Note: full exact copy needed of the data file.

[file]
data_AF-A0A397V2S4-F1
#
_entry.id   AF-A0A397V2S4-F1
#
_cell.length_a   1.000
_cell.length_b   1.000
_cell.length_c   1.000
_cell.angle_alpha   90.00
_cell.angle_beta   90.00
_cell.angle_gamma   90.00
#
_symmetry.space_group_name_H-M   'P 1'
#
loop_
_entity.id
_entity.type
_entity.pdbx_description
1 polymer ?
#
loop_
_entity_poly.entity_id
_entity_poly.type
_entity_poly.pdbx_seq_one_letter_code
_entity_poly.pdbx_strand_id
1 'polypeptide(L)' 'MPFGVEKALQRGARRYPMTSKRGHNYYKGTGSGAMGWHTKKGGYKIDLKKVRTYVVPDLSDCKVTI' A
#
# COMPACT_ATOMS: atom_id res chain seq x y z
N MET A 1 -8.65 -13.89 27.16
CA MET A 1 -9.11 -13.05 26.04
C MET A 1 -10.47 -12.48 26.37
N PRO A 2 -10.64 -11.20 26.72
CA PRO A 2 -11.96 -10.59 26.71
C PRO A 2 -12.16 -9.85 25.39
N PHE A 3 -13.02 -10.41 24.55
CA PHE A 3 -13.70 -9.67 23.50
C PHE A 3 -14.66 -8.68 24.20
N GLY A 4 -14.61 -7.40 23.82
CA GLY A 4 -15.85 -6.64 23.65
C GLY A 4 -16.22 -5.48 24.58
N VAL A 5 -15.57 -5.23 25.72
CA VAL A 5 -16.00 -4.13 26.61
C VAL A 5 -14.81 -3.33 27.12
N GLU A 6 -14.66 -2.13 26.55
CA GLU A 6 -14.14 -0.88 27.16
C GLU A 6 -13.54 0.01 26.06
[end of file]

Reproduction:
data_AF-A0A397V2S4-F1
#
_entry.id   AF-A0A397V2S4-F1
#
_cell.length_a   1.000
_cell.length_b   1.000
_cell.length_c   1.000
_cell.angle_alpha   90.00
_cell.angle_beta   90.00
_cell.angle_gamma   90.00
#
_symmetry.space_group_name_H-M   'P 1'
#
loop_
_entity.id
_entity.type
_entity.pdbx_description
1 polymer ?
#
loop_
_entity_poly.entity_id
_entity_poly.type
_entity_poly.pdbx_seq_one_letter_code
_entity_poly.pdbx_strand_id
1 'polypeptide(L)' 'MPFGVEKALQRGARRYPMTSKRGHNYYKGTGSGAMGWHTKKGGYKIDLKKVRTYVVPDLSDCKVTI' A
#
# COMPACT_ATOMS: atom_id res chain seq x y z
N MET A 1 -8.65 -13.89 27.16
CA MET A 1 -9.11 -13.05 26.04
C MET A 1 -10.47 -12.48 26.37
N PRO A 2 -10.64 -11.20 26.72
CA PRO A 2 -11.96 -10.59 26.71
C PRO A 2 -12.16 -9.85 25.39
N PHE A 3 -13.02 -10.41 24.55
CA PHE A 3 -13.70 -9.67 23.50
C PHE A 3 -14.66 -8.68 24.20
N GLY A 4 -14.61 -7.40 23.82
CA GLY A 4 -15.85 -6.64 23.65
C GLY A 4 -16.22 -5.48 24.58
N VAL A 5 -15.57 -5.23 25.72
CA VAL A 5 -16.00 -4.13 26.61
C VAL A 5 -14.81 -3.33 27.12
N GLU A 6 -14.66 -2.13 26.55
CA GLU A 6 -14.14 -0.88 27.16
C GLU A 6 -13.54 0.01 26.06